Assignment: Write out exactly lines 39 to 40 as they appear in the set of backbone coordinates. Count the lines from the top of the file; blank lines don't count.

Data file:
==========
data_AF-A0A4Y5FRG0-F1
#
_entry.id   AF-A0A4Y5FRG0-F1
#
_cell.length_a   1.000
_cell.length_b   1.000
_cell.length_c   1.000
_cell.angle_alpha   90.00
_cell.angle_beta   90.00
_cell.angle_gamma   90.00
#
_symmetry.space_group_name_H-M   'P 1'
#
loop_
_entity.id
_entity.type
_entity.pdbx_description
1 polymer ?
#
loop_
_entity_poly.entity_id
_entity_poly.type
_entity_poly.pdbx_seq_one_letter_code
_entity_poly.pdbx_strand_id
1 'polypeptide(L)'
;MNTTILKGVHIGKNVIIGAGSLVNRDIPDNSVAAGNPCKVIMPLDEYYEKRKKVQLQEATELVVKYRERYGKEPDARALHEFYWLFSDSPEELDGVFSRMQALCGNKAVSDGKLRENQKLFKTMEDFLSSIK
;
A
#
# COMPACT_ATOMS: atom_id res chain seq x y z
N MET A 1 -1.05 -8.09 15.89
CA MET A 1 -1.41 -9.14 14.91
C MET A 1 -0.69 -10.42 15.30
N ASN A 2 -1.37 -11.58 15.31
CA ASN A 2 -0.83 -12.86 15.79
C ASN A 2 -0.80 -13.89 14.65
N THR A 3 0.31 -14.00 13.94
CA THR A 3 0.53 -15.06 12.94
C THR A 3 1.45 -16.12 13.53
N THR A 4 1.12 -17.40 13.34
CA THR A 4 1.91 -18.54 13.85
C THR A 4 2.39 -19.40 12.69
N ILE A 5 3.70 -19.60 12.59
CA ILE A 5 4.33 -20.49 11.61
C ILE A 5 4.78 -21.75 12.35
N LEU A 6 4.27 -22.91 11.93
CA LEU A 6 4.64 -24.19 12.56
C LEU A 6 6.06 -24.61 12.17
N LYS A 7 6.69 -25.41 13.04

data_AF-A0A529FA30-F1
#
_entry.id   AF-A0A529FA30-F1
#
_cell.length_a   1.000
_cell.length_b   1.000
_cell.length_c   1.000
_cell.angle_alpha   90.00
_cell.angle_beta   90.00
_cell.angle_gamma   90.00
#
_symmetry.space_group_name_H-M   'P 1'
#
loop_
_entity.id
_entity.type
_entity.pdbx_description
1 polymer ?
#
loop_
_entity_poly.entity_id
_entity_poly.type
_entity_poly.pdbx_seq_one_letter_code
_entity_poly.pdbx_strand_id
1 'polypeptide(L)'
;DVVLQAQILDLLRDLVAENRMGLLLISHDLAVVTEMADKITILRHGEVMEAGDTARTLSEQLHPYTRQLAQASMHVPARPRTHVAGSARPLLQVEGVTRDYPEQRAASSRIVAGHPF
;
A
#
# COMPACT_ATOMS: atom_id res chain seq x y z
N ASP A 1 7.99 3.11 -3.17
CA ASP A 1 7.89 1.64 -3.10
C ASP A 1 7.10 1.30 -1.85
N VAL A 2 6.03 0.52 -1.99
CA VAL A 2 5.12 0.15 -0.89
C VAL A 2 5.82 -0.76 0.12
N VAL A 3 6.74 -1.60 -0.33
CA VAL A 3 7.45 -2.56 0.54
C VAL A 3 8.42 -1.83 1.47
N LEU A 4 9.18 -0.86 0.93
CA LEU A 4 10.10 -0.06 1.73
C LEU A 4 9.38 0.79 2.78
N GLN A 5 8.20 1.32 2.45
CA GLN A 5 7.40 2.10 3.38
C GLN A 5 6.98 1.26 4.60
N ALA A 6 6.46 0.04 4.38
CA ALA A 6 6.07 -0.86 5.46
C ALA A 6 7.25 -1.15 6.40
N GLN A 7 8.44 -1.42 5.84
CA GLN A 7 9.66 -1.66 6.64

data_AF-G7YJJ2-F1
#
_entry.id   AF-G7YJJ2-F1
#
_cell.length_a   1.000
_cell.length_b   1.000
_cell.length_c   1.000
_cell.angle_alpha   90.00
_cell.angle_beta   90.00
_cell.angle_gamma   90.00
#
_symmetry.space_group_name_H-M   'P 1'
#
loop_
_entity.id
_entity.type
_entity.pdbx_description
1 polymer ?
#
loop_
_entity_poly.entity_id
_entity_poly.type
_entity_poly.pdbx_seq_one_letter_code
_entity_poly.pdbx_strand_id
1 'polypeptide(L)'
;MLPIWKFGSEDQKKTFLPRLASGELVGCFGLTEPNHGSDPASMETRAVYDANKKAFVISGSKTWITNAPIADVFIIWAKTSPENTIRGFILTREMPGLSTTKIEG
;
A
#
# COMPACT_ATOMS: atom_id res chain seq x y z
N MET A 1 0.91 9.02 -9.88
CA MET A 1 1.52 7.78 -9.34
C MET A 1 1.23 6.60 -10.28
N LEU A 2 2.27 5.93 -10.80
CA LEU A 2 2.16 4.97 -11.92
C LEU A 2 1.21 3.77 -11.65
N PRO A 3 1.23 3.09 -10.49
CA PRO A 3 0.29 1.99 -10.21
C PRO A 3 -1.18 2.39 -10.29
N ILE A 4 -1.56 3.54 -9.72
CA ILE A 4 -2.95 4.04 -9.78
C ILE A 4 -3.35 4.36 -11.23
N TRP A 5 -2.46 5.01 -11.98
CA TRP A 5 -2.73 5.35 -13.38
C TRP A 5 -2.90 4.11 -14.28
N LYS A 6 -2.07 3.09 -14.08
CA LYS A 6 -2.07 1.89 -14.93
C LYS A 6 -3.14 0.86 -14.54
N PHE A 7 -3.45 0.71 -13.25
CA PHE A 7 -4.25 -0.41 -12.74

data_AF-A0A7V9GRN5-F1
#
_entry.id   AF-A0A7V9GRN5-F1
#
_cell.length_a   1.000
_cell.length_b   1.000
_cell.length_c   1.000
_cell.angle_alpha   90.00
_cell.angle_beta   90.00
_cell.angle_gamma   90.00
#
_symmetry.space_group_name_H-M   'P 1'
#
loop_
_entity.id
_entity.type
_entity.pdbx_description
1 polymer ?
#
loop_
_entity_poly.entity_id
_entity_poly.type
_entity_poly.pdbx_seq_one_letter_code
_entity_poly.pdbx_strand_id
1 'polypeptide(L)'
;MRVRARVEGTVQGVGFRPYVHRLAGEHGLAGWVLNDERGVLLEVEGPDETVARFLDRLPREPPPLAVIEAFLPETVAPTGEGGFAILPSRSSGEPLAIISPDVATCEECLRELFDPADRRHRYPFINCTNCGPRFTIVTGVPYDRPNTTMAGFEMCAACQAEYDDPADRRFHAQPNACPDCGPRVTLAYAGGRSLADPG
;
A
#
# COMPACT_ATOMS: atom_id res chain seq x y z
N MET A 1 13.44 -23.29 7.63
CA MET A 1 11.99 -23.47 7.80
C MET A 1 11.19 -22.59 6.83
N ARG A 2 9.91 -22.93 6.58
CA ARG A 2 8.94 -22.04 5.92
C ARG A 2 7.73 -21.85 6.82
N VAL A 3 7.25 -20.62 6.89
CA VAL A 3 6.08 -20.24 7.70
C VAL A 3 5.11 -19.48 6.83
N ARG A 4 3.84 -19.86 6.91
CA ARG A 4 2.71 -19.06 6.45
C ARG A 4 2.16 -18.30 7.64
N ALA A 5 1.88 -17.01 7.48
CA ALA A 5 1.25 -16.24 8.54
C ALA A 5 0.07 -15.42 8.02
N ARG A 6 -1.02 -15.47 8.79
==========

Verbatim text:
C THR A 3 1.45 -16.12 13.53
N THR A 4 1.12 -17.40 13.34